One of the most significant dangers in space is the intense radiation environment. The Sun is radiating high-speed electrons, protons and other atomic fragments that can harm people and damage equipment. The EU-funded project EHEROES (Environment for human exploration and robotic experimentation in space) has quantified the dangers of space exploration to both life and machine operations. Value-added data on solar radiation have been and are still being collected and made available via online databases and data services that provide users with supporting information and data mining tools. Solar and space events and their evolution have been documented, particularly coronal mass ejections and solar energetic particle storms. The key physical processes targeted by the project are coronal heating, solar flares and eruptive regions, the 3D structure of solar magnetic fields above eruptive regions, and the variation of solar irradiance with time. The project has provided provide a better understanding of the conditions of the space environment (sometimes called space weather) and its likely variability. Investigators documented how the most extreme solar events are expected to evolve in space and time as they propagate outwards. This will enhance the ability of mission planners to minimise and mitigate radiation hazards. Variability on timescales up to a solar activity cycle (about 11 years) have been estimated. Special consideration was given to the most likely space missions to venture beyond low Earth orbit – to the Moon, Mars and beyond. The space environment around the moon and Mars is strongly affected by these bodies. For example, lunar magnetic anomalies (regions of unusually high magnetic fields) can affect the incident solar particles and fields. The models developed by the project will be useful when considering how spacecraft may be charged as they pass through solar and planetary magnetic fields. They may also influence the payloads selected by future spacecraft, to secure the measurements found to be of most diagnostic value, so that model predictions can be further refined.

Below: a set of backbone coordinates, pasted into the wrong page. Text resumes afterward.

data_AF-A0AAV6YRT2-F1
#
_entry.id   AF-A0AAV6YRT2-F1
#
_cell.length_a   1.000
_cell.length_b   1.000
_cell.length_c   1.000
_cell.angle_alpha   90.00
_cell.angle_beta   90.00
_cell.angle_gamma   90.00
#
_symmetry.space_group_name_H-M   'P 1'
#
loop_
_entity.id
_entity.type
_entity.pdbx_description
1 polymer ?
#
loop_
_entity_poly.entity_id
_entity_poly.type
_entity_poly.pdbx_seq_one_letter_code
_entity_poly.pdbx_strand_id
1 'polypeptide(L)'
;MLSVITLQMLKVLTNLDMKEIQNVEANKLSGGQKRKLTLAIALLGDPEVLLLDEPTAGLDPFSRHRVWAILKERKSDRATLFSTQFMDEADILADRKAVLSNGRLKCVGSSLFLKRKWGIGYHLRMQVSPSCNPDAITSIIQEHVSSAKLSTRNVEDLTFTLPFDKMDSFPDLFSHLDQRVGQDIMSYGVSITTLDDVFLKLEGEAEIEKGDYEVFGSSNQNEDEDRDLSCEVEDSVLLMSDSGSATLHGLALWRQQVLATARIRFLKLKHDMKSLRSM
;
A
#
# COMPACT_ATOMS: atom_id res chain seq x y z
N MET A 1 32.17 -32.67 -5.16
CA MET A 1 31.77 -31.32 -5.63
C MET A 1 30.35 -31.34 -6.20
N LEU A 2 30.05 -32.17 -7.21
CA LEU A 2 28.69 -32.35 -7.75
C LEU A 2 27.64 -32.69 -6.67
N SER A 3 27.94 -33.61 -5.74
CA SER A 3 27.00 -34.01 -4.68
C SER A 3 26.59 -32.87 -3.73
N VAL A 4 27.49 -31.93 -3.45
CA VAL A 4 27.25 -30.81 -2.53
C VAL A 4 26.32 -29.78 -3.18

Space, radiation, EHEROES, coronal mass ejections, eruptive regions